Me­nial tasks

The Tatura Guardian - - News - — Brian Spencer, Min­is­ter, Tatura Unit­ing Church

There are many more me­nial tasks to be done in life than there are heroic and in­ter­est­ing tasks.

Even if you’re work­ing in a highly cre­ative job, your daily work rou­tine will likely in­volve a fair amount of repet­i­tive, hum­drum tasks.

It doesn’t mean the me­nial tasks are not chal­leng­ing, the dan­ger is that we do them poorly.

Nor does it mean the me­nial tasks are unim­por­tant, the dan­ger is we make our lives mis­er­able by con­tin­u­ally look­ing at the clock, wait­ing for knock-off time.

As you may know, I split my time be­tween my min­istry role and run­ning a small vine­yard and win­ery.

These are both cre­ative and in­ter­est­ing roles and I am truly blessed to be able to do them.

But par­tic­u­larly in the win­ery and vine­yard there are many hours of me­nial work.

This week it has been bot­tling the 2017 vin­tage.

We are a small op­er­a­tion (our big­gest batch of wine is 5000 litres of Shi­raz), so we have cho­sen to bot­tle the wine our­selves.

We could get in a mo­bile bot­tling plant and knock it off in a day, but we pre­fer to em­ploy a few lo­cals and do it our­selves.

The costs are sim­i­lar (if any­thing, slightly cheaper) and it spreads some money around the com­mu­nity.

But it is repet­i­tive and takes a few days.

Wine­mak­ing, for all its ro­mance, is about 90 per cent clean­ing. Ev­ery­thing needs to be kept clean and san­i­tary, and bot­tling 4000 litres of wine this week trans­lates into hand sani­tis­ing, hand fill­ing, hand cap­ping, hand dry­ing, hand la­belling and hand stack­ing 5500 bot­tles go­ing at about 12 bot­tles per minute.

It’s a six-per­son job done to a back­beat of hits from the 1980s and ’90s as we work to­gether to achieve a com­mon goal.

When we get it right each per­son is mov­ing flu­idly through their in­di­vid­ual re­spon­si­bil­i­ties, and the en­tire group’s ac­tiv­i­ties are synced to­gether in uni­son; much like a choir singing beau­ti­ful har­mony.

But in the midst of this repet­i­tive, hum­drum ac­tiv­ity some­thing won­der­ful can hap­pen.

These tasks can be the se­cret gate­way that will help tackle the most dif­fi­cult tasks in your dayto-day ac­tiv­i­ties: think­ing and con­tem­pla­tion.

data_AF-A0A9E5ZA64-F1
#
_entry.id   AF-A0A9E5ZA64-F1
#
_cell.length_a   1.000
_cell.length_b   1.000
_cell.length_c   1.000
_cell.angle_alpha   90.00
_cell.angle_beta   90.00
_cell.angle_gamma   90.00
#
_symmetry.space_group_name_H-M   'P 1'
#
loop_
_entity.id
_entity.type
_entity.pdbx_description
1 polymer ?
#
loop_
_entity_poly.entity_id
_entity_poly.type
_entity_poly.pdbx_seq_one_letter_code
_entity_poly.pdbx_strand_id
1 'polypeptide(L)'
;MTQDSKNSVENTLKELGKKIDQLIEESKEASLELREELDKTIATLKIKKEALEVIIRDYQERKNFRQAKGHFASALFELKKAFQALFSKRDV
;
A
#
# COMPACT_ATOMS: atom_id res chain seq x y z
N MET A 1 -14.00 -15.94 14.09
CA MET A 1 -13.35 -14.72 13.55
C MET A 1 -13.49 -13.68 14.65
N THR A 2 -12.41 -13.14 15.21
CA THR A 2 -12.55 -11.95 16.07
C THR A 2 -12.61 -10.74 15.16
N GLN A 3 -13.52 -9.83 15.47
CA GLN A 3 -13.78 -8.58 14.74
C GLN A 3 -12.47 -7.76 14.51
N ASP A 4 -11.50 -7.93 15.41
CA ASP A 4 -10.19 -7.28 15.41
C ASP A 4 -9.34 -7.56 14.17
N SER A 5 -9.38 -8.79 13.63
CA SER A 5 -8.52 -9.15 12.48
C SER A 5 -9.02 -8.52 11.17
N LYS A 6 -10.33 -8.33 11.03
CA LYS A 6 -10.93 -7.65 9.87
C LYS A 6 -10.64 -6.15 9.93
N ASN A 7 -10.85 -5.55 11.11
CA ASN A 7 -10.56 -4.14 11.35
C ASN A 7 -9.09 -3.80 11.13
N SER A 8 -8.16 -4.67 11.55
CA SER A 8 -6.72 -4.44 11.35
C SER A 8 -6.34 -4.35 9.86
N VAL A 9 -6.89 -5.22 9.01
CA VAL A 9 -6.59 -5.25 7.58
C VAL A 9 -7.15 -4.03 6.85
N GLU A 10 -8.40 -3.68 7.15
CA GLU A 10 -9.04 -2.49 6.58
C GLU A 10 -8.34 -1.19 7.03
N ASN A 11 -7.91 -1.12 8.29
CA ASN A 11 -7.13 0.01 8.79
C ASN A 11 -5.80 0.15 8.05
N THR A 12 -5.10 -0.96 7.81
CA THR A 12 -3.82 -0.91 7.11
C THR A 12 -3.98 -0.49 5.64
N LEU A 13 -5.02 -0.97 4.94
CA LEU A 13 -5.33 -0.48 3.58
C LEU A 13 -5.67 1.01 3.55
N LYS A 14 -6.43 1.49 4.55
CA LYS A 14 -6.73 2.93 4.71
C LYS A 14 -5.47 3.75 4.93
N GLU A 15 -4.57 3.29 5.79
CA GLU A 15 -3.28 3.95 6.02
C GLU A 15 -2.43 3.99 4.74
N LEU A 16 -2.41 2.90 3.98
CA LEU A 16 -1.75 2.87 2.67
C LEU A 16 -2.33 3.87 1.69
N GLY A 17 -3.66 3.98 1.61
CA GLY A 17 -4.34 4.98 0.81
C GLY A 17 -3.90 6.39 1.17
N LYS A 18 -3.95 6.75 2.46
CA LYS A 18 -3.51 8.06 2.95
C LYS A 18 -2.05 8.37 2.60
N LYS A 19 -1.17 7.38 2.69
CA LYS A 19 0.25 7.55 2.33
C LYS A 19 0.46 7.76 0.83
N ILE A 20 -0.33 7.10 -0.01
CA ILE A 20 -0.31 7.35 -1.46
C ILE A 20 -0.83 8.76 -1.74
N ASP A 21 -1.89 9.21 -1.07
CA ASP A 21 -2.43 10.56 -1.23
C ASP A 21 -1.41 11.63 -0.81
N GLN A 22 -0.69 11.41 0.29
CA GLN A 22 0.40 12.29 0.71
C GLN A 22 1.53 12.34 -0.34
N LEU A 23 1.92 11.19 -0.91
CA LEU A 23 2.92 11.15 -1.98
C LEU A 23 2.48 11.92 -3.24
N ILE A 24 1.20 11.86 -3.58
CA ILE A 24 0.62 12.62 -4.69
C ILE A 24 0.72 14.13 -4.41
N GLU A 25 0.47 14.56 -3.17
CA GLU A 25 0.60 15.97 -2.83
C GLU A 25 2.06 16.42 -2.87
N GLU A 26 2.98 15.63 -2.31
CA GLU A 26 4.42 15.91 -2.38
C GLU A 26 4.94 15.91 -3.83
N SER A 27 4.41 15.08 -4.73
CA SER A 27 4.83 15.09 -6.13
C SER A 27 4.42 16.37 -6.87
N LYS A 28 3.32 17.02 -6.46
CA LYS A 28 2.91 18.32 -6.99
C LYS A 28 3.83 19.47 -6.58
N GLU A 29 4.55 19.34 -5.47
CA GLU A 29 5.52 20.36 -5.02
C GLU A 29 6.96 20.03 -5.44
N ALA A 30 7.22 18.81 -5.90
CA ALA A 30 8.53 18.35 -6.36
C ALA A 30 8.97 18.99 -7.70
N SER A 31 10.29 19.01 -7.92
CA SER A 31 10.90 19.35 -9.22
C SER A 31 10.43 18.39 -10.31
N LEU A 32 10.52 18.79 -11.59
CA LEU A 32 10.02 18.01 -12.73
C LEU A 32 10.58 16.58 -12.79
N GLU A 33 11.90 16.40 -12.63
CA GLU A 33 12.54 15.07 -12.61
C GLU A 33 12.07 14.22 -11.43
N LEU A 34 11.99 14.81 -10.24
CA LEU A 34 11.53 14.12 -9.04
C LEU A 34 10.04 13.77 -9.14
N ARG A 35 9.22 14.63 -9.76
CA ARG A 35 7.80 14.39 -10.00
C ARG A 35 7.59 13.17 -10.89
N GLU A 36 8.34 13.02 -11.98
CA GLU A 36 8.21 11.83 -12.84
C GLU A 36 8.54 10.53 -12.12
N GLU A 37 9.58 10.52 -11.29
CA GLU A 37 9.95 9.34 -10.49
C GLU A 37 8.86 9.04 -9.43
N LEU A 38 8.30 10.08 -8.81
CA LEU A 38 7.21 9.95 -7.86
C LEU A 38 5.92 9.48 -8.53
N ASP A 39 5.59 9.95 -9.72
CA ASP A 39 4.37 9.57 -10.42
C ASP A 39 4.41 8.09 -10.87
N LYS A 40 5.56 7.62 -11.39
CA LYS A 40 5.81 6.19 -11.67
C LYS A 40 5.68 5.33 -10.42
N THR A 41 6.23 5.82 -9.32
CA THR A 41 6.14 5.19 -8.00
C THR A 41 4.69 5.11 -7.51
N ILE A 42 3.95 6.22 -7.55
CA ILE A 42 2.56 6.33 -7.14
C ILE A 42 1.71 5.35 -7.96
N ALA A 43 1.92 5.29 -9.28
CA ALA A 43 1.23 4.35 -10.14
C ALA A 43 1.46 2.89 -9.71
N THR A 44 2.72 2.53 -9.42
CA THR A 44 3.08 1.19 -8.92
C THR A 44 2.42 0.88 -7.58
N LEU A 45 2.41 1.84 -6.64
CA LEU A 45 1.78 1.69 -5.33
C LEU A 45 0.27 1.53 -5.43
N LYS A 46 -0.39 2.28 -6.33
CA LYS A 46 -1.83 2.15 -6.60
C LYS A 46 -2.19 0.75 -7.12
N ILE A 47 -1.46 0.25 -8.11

Have you ever started to drive home from work, and sud­denly you’re home and you don’t re­mem­ber a sin­gle thing about the traf­fic?

Have you ever been hav­ing a shower when sud­denly you have a ‘‘light­bulb’’ mo­ment and you sud­denly know how to solve some dif­fi­cult prob­lem that has been nag­ging at you all week?

These sud­den re­al­i­sa­tions are not sim­ply co­in­ci­den­tal.

As we per­form these tasks re­peat­edly, they be­come part of our pro­ce­dural mem­ory, up to the point where we can func­tion on au­topi­lot.

Pro­ce­dural mem­ory is a part of the long-term mem­ory that is re­spon­si­ble for know­ing how to do things, also known as mo­tor skills.

As the name im­plies, pro­ce­dural mem­ory stores in­for­ma­tion on how to per­form cer­tain pro­ce­dures, such as walk­ing, talk­ing and rid­ing a bike.

These ac­tiv­i­ties de­mand less con­cen­tra­tion from the think­ing part of our brain.

Ap­par­ently, en­gag­ing in re­peated tasks ac­ti­vates and stim­u­lates our higher lev­els of think­ing and cre­ative rea­son­ing by dis­tract­ing our hands and fo­cus­ing our minds.

While it may see counter in­tu­itive, in his­tory we know that David was a shep­herd, the prophet Amos de­scribed him­self as a pruner of fig trees and Je­sus was a car­pen­ter.

The lead­ing dis­ci­ples were fish­er­men.

And St Paul, a tent maker, urges Chris­tians to ‘‘work with your hands’’ (1 Thes­sa­lo­ni­ans 4:11).

Does this mean mind­less rou­tines and me­nial tasks are the se­cret to great achieve­ment and spir­i­tual in­sight?

Per­haps not, but they may cre­ate the nec­es­sary space for creativ­ity to take place.

Start us­ing your me­nial tasks to pon­der, plan, and or­gan­ise your thoughts.

You might even find your­self in a state of con­tem­pla­tion and prayer.

This is the gospel, and it’s good news.

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